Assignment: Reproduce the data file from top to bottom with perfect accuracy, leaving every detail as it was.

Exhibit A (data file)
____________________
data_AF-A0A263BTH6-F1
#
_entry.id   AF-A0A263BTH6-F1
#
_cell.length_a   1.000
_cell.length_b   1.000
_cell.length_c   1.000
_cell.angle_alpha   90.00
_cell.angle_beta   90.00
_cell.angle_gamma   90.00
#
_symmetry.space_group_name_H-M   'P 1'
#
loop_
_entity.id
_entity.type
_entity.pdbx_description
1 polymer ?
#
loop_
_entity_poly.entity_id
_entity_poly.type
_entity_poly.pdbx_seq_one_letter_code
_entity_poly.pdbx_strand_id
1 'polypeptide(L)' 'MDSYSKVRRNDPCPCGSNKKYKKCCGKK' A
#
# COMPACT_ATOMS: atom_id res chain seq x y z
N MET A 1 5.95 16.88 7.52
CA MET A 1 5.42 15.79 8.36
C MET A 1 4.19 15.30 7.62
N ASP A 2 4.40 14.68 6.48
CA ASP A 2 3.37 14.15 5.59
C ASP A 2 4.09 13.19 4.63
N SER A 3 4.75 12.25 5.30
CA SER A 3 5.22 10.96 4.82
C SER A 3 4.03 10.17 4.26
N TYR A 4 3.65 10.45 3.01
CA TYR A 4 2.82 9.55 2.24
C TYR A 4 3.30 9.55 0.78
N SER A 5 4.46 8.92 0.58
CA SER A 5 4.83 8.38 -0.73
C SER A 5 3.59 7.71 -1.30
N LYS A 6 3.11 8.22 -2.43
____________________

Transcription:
data_AF-A0A263BTH6-F1
#
_entry.id   AF-A0A263BTH6-F1
#
_cell.length_a   1.000
_cell.length_b   1.000
_cell.length_c   1.000
_cell.angle_alpha   90.00
_cell.angle_beta   90.00
_cell.angle_gamma   90.00
#
_symmetry.space_group_name_H-M   'P 1'
#
loop_
_entity.id
_entity.type
_entity.pdbx_description
1 polymer ?
#
loop_
_entity_poly.entity_id
_entity_poly.type
_entity_poly.pdbx_seq_one_letter_code
_entity_poly.pdbx_strand_id
1 'polypeptide(L)' 'MDSYSKVRRNDPCPCGSNKKYKKCCGKK' A
#
# COMPACT_ATOMS: atom_id res chain seq x y z
N MET A 1 5.95 16.88 7.52
CA MET A 1 5.42 15.79 8.36
C MET A 1 4.19 15.30 7.62
N ASP A 2 4.40 14.68 6.48
CA ASP A 2 3.37 14.15 5.59
C ASP A 2 4.09 13.19 4.63
N SER A 3 4.75 12.25 5.30
CA SER A 3 5.22 10.96 4.82
C SER A 3 4.03 10.17 4.26
N TYR A 4 3.65 10.45 3.01
CA TYR A 4 2.82 9.55 2.24
C TYR A 4 3.30 9.55 0.78
N SER A 5 4.46 8.92 0.58
CA SER A 5 4.83 8.38 -0.73
C SER A 5 3.59 7.71 -1.30
N LYS A 6 3.11 8.22 -2.43